Jungle Cruise (2021) Review

Jungle Cruise (2021)
Director: Jaume Collet-Serra
Screenwriters: Michael Green, Glenn Ficarra, John Requa
Starring: Dwayne “The Rock” Johnson, Emily Blunt, Edgar Ramirez, Jack Whitehall, Jesse Plemons, Paul Giamatti

Director Martin Scorsese has compared Disney’s Marvel films to theme parks, but in the context of the modern box office a more apt comparison would be the increasing library of movies based on actual theme park attractions, of which Disney now has at least two: Pirates of the Caribbean, and 2021 family adventure movie Jungle Cruise, a film that has clearly been patchworked together to ensure it remains in line with one of Disneyland’s oldest theme park attractions. While there are positives about Jaume Collet-Serra’s first Disney offering, Jungle Cruise feels like a work from at least a decade ago, both in terms of its visual quality and its story elements. There is a conscious effort to improve on the colonialist perspectives of adventure films of the past, but this ultimately rings hollow – the thematic over-simplification and excessive fantasy make it feel more like a kid’s movie than a mildly suggestive PG-13 action movie, and there’s no question the film would have benefitted from being animated instead of being produced in live-action.

In Jungle Cruise, Emily Blunt’s Dr. Lily Houghton seeks the Tears of the Moon, a magic tree in the Amazon that cures all ailments. She is laughed at by the Royal Society for her efforts, so she and her brother set out to find the tree and prove them all wrong. They are joined by The Rock’s Frank Wolff, a riverboat guide who’s down on his luck financially. Together, they are pursued by a German bad guy in a submarine (Jesse Plemons), and face a group of cursed conquistadors with an array of jungle powers. Emily Blunt is unquestionably the highlight of the film – she embodies her adventurous, headstrong scientist role, and brings a lot to the character. It’s easy in 2021 to root for her quest to become an accepted member of the scientific community in the face of sexist adversity, and indeed sexism against professional women is a theme throughout as even Frank comments constantly on her being a lady in pants and doing science – comments that are not uncommon today for women in professional environments. Lily’s brother MacGregor (Jack Whitehall) has also come to his sister’s aid in her work because he has faced persecution for being a gay man, though the film isn’t as explicit about that as it ought to be. While there can be arguments about the throwaway nature of MacGregor’s reveal, or about whether he is a stereotype due to his “feminized” characterisation, his inclusion is a positive step forward from Disney’s more recent attempts at LGBTQ+ inclusion.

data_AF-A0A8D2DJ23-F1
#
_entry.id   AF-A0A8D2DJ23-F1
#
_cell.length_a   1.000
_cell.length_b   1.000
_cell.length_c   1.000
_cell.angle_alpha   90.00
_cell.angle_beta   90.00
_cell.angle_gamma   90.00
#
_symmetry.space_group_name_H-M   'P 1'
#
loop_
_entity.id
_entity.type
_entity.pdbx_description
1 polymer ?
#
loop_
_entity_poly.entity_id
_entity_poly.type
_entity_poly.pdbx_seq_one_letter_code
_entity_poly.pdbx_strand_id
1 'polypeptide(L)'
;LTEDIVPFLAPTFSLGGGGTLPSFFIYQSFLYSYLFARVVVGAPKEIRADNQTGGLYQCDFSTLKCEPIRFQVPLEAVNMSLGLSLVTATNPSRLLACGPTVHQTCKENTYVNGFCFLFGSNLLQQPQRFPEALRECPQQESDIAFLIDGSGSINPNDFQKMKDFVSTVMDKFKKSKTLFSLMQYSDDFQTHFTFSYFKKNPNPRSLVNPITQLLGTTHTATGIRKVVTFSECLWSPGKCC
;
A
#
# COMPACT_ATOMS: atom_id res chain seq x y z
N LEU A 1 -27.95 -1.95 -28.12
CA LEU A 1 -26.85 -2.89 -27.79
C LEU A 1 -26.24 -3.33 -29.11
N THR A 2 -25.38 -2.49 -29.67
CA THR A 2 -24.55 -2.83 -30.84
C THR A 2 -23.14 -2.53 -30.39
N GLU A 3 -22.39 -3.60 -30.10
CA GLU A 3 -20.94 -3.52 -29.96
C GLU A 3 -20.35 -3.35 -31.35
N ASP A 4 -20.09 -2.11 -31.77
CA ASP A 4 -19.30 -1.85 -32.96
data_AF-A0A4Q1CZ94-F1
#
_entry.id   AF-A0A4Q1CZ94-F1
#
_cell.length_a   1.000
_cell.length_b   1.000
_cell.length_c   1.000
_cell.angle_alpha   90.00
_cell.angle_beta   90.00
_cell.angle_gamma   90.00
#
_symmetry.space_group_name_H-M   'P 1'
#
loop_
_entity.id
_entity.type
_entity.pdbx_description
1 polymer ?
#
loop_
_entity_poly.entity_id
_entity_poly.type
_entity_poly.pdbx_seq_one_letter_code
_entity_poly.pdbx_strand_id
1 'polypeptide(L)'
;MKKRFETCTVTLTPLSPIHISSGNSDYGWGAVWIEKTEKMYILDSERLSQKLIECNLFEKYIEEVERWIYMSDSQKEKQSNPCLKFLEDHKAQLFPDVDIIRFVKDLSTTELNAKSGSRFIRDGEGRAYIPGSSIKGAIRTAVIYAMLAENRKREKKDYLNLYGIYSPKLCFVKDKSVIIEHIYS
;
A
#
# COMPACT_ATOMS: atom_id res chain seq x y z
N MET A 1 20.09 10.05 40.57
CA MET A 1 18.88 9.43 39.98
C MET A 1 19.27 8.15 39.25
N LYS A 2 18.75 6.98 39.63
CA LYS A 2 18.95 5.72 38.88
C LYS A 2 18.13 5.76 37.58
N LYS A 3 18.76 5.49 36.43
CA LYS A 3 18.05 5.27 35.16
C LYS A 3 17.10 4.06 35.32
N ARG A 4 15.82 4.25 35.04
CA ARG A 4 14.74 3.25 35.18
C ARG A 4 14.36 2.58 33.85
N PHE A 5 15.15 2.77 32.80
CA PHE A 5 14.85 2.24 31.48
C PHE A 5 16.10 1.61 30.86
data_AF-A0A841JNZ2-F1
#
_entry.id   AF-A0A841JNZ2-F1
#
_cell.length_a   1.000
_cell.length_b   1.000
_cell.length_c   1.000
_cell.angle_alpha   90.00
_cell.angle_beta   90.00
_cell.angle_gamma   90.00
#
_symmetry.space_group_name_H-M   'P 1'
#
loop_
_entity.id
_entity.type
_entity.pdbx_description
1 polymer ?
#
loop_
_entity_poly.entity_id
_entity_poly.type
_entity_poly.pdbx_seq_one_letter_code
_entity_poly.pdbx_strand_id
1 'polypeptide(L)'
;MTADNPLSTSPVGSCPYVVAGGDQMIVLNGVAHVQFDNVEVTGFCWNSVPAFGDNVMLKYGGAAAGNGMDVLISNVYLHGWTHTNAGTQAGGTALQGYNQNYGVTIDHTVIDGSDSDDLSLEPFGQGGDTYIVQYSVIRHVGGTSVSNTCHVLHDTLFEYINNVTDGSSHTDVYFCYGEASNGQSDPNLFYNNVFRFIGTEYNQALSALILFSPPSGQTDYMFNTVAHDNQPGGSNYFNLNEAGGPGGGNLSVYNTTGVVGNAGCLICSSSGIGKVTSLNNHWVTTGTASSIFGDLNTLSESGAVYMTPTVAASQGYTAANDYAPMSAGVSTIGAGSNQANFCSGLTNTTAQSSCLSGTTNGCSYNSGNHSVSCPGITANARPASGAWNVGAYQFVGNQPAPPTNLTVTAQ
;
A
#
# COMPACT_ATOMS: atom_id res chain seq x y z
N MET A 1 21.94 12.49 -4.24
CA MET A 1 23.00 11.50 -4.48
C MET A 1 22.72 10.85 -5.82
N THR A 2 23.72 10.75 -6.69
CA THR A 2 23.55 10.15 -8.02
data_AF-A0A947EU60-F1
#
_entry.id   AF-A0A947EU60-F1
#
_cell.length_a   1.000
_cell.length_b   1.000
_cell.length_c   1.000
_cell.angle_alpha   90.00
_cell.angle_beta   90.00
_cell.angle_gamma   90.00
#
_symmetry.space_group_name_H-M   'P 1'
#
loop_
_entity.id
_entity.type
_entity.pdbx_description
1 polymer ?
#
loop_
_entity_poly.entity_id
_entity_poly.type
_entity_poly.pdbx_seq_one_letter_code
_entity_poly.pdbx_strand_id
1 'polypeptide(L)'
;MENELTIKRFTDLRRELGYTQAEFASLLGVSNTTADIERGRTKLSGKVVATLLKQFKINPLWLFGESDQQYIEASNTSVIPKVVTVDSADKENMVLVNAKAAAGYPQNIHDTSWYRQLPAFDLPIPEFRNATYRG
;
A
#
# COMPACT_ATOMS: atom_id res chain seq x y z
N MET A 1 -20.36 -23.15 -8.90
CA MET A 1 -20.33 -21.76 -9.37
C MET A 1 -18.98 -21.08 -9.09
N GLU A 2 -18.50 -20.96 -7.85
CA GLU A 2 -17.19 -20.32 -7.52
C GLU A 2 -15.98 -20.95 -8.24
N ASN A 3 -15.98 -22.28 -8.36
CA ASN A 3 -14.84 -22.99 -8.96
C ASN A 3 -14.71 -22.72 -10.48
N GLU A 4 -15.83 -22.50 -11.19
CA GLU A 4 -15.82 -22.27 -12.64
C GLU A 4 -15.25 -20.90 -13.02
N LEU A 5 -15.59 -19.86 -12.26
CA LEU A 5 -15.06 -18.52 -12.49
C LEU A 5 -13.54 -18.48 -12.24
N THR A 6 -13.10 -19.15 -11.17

Despite steps forward in terms of representation and thematic exploration, the portrayal of a unanimously chauvinistic Royal Society is ahistorical. The film takes place in 1916, twelve years after the first woman presented her work before the Royal Society, and three years before the first woman would be seated in Parliament. This was a period of change and improvement just like we’re having today, and perhaps that’s a point the film could have focused on a little more. This is not to discredit the problems women did have and continue to face, but it seems cheap to present a uniformed sexism when there were undoubtedly male proponents of women in science and politics, just as there were white abolitionists. It drives home the film’s point, but like much on offer in Jungle Cruise, it comes across as too blunt.